Winter Horehound Blitz (18/07/2021)

Horehound, Marrubium vulgare, with burrs (W.Pix).

Friends of Mount Majura (FoMM) are certainly not hibernating during winter.

Please join us for a massacre to tackle horehound in the paddock north of the Hackett water tank. Give as much or as little time as you want and be amazed at what you can achieve.

When: Sunday 18 July, 1- 4 pm

Where: Majura paddock north of the Hackett reservoir off Rivett / French Streets; click on this map to view the registration point and working area.

What: Pulling and digging out horehound.

Bring and wear: Appropriate clothing for the weather, garden gloves if you have them.

From 2004 to 2012 volunteers hand-weeded a large number of weeds, and direct-seeded and planted a range of native grasses, shrubs and wildflowers in and around the paddock behind (north of) the Hackett water reservoir to assist the restoration of grassy woodland and to provide habitat for local wildlife; read more here.  The main weed species were Paterson’s Curse in the tree-cleared area in the northern part of the paddock and Horehound in the southern timbered part; click here to read a short horehound story and see how the paddock looked before FoMM began work.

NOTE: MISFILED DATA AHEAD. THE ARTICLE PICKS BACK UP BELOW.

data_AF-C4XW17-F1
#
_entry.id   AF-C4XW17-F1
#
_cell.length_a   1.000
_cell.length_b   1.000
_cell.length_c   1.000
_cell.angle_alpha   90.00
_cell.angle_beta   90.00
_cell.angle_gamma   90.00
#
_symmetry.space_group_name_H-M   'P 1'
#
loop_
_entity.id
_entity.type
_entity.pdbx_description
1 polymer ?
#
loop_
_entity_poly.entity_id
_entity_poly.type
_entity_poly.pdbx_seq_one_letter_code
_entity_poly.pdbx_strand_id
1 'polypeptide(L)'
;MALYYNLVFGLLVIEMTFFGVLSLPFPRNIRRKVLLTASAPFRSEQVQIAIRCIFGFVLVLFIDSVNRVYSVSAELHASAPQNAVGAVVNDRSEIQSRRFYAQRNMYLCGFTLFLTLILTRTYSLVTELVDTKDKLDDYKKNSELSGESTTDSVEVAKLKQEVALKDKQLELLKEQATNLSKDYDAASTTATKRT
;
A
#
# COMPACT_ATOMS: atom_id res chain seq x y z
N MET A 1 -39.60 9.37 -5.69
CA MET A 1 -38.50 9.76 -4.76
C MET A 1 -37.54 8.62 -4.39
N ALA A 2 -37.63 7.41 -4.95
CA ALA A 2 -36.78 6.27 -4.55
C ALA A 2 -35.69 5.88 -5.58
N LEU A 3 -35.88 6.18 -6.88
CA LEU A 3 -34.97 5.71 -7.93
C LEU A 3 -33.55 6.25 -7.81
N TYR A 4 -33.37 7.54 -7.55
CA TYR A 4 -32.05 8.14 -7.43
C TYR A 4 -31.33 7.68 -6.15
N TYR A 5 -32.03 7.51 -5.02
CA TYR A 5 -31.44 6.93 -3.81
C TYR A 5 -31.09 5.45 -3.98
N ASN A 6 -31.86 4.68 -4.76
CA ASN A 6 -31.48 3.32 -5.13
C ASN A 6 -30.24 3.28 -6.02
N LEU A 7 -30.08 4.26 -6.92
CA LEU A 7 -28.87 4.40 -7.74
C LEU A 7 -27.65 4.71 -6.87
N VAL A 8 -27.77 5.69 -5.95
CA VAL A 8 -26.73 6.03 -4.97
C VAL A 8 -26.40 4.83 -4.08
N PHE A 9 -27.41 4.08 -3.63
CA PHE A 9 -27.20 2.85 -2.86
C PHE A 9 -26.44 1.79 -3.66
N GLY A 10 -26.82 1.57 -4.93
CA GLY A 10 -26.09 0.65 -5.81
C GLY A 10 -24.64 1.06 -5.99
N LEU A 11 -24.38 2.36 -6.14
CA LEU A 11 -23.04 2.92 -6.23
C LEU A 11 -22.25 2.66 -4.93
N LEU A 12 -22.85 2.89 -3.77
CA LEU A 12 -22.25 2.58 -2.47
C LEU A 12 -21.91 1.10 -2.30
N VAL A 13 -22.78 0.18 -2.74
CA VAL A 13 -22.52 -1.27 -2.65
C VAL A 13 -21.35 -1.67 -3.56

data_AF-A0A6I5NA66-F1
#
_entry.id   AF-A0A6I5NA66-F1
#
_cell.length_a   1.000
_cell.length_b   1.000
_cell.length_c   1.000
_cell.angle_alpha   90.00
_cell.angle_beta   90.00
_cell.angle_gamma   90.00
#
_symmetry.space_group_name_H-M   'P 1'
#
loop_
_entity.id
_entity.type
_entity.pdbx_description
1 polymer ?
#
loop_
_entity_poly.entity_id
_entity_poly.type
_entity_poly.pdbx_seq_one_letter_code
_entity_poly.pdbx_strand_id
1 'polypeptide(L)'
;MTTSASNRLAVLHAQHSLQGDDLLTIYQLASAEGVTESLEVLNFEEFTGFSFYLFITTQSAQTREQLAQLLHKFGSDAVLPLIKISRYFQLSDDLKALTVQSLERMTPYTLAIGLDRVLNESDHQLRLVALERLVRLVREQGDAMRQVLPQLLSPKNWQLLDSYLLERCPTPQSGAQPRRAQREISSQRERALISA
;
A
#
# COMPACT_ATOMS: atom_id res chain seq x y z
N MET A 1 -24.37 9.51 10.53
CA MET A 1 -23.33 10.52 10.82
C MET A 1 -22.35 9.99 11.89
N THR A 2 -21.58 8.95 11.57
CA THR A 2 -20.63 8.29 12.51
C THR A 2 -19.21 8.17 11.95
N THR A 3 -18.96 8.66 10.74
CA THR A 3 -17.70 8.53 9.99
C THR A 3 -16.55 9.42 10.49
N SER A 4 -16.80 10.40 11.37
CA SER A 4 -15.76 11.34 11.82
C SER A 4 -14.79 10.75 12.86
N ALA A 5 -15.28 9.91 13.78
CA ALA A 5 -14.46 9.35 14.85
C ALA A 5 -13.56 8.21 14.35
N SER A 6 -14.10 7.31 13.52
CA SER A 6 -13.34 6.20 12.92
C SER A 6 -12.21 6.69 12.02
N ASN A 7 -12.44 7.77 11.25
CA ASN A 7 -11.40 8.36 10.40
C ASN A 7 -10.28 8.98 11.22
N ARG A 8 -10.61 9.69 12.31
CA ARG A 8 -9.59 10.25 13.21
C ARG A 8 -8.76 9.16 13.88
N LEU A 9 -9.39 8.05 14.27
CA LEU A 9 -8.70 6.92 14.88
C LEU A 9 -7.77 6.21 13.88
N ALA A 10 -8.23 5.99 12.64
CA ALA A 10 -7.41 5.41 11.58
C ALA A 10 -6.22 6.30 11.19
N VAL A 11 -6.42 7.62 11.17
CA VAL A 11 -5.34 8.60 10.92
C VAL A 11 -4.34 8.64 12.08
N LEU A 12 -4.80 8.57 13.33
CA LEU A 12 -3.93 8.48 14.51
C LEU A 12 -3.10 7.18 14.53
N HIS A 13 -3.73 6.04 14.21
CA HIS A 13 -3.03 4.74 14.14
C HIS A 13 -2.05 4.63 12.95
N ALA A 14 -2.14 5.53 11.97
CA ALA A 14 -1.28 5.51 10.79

Following drought, overgrazing of the native ground cover and above average rain during the current (2020/21) La Nina event, weeds, including large amounts of horehound have germinated from the present seed bank in the soil.

We hope that the continuous removal of horehound will deplete the soil seed bank over time and benefit native plants. Furthermore, we plan to direct-seed native grass which will help to suppress horehound and other herbaceous weeds.

Horehound can be easily identified by its crinkled leaves (W.Pix).

Horehound, Marrubium vulgare, a native of Asia and Europe, was introduced to Australia in the 19th century as a medicinal herb. The bushy perennial grows up to 80cm high and can be easily identified by its crinkled leaves.

Horehound grows in disturbed and overgrazed areas. Once established, infestations are very hardy and prevent native plants from growing. Horehound spreads via its fruits (burrs) that cling to the fur of animals, clothing and machinery.

Horehound leaves contain marrubin, a bitter alkaloid that makes the species unpalatable to grazing animals (livestock and native wildlife) which eat around the weed thus favouring its persistence and spread.

For more information on horehound, visit the following links:

Print Friendly, PDF & Email

Comments are closed.